You finally did it. From the conception of a design and product mockups to your eCommerce store launch through WordPress – your new small business is off the ground and destined for greatness.
Then you get an email from some law firm – you’re getting sued for ADA noncompliance on WordPress. You don’t even know what ADA stands for or how to comply with it. Surely this is a mistake?
Not so fast.
Table of Contents
- Creating Compliance
- Proactive WordPress plugins
- Visual Validity
- Above and Beyond
The Americans with Disabilities Act, or ADA, exists to provide disabled Americans the same equity and opportunities as the rest of America. It includes freedom of employment and access to government services alongside most other standard civil rights measures. It also has strict but nuanced regulations for private businesses.
Much confusion and struggle arise from Title III of the ADA, which broadly guarantees accessibility to disabled Americans. That’s why multi-story buildings have elevators, handicap parking is mandatory, and all elevated steps or concrete have a ramp available. But, since the ADA was passed in 1990, no provision exists to define access to the internet, and much consternation arose from that historical omission that continues today.
Unlike government mandates like ensuring HIPAA compliance, Title III is loosely written. And, since so many law firms are looking for an easy win and quick buck, predatory lawyers representing disabled Americans mass-target websites that don’t “provide access” to disabled Americans.
These firms interpret the phrase “accessible electronic and information technology” as extending to apps and the internet. Subsequently, a fifth of all ADA lawsuits focus on website accessibility and these are lawsuits brought to federal court, not accounting for the uncountable letters and rackets these firms use to threaten and extort small business owners and website administrators.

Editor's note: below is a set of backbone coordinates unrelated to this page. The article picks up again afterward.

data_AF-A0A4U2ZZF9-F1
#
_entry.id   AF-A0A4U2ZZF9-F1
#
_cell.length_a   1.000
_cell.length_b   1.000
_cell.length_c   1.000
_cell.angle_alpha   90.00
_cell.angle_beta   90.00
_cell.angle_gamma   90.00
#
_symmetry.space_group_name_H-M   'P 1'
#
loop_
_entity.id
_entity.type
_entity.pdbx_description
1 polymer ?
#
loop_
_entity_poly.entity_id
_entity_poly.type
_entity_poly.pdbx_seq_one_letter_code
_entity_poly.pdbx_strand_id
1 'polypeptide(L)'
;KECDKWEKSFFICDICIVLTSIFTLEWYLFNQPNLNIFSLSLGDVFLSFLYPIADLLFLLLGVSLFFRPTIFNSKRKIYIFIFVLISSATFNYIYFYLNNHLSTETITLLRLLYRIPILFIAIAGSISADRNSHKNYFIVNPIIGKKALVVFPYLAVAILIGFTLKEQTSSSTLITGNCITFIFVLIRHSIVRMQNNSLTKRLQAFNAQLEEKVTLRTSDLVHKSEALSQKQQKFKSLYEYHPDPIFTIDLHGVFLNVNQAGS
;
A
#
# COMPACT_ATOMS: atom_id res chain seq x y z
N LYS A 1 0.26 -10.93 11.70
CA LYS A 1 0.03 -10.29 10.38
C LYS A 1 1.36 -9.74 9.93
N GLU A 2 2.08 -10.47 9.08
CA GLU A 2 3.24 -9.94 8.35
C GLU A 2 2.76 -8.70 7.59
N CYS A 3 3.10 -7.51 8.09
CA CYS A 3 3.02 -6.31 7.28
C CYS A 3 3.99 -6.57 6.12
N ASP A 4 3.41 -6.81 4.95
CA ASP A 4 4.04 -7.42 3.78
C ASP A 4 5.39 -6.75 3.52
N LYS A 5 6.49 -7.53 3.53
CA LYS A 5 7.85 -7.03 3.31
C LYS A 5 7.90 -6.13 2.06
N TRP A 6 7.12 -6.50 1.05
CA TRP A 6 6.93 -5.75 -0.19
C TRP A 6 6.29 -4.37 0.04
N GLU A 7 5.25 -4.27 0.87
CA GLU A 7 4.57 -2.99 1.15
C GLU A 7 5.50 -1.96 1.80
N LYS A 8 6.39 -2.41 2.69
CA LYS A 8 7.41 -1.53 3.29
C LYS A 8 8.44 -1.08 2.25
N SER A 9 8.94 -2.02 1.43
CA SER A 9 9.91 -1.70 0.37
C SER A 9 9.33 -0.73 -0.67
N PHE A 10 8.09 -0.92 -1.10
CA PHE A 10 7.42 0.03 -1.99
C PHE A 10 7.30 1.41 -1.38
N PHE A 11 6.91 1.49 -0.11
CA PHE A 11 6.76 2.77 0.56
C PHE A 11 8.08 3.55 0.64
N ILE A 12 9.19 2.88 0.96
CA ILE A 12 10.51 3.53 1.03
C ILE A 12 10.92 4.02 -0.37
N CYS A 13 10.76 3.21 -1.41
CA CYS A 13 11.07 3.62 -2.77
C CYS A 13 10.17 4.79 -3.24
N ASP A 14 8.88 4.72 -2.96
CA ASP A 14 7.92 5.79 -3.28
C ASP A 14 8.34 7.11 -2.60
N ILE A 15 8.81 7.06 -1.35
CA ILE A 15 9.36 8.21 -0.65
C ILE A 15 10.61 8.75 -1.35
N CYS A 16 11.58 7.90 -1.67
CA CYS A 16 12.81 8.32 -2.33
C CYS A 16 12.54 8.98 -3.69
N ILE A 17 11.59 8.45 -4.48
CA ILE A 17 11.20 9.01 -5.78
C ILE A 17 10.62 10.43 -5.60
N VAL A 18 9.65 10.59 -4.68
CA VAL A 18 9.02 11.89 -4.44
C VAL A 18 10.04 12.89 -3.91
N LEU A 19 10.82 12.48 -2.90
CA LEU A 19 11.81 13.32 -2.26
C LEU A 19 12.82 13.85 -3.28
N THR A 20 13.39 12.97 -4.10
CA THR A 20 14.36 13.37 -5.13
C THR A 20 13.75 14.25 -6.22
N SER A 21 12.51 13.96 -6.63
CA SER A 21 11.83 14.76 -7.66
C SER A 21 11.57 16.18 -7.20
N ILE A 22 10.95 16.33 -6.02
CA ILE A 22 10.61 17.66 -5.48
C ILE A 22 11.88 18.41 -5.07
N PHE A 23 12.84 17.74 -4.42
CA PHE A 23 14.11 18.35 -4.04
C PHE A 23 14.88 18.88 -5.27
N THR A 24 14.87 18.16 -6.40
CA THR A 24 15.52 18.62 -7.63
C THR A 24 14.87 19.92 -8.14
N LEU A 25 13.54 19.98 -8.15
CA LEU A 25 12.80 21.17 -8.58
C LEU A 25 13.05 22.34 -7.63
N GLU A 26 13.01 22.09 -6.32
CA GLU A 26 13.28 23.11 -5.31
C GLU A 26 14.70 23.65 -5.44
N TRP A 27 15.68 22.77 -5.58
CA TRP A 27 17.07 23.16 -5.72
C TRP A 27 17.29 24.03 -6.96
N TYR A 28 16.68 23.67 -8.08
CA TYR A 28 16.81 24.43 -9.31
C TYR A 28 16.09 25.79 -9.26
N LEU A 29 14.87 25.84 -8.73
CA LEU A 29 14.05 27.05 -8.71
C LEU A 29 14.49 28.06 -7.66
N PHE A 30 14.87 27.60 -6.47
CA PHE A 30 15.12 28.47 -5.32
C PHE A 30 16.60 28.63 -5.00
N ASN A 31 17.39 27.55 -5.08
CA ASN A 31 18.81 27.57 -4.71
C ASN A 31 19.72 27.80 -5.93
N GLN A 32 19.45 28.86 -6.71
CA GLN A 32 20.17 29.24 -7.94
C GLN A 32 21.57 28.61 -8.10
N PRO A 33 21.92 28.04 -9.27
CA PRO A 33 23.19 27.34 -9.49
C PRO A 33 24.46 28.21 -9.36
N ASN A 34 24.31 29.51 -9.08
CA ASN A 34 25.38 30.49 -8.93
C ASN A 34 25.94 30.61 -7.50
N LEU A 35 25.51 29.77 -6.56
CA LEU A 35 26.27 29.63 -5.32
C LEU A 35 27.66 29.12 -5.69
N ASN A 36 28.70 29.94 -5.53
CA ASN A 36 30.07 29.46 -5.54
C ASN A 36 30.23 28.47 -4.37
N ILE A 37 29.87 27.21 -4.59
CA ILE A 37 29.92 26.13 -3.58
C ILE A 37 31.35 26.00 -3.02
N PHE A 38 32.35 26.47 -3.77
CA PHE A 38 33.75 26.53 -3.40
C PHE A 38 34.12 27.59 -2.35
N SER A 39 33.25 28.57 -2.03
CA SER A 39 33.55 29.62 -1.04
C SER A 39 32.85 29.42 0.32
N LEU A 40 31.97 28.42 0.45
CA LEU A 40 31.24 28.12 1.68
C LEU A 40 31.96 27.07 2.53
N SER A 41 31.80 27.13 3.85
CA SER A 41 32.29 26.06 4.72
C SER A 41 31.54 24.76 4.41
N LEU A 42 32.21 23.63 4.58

Luckily, resources exist to avoid this pitfall, and WordPress is a repository of quality ADA services, features, and benefits.
Proactive WordPress plugins
One of the benefits of using WordPress is the breadth and depth of plugin options. Whatever feature or function your site needs, someone has probably already created a plugin to service the market.
There are many free and paid options on WordPress. Still, the WP ADA Compliance Check plugin is one of the most comprehensive. While the plugin won’t fix problems for you, it does run a complete scan of your site and pages and tells you precisely what ADA compliance problems exist and how to improve them.
As you can imagine, much of the impetus behind ADA compliance on your WordPress site centers around sensory disabilities like sight.
Because of this, you’ll need to focus on how your WordPress site looks and acts. Besides the evident aesthetic impact and selection to suit your broader audience, you’ll also need to consider your sight-impaired visitors.
Remember – we’re all digital citizens now, and we should treat each other online as we’d treat each other in person. Thus, ensuring online safety and access is a priority, and your page design should reflect this.
If you remember the early days of personal blogs and sites, you likely remember eye-bleeding yellow text on red background or the classic Matrix green-on-black vibe. Thankfully, those days are past us, but although most people have no problem reading text on a website, the visually impaired aren’t so lucky.
Tips to comply with the ADA
- Look very closely at the color scheme and if it makes text or graphics bleed into the background without 20/20 vision.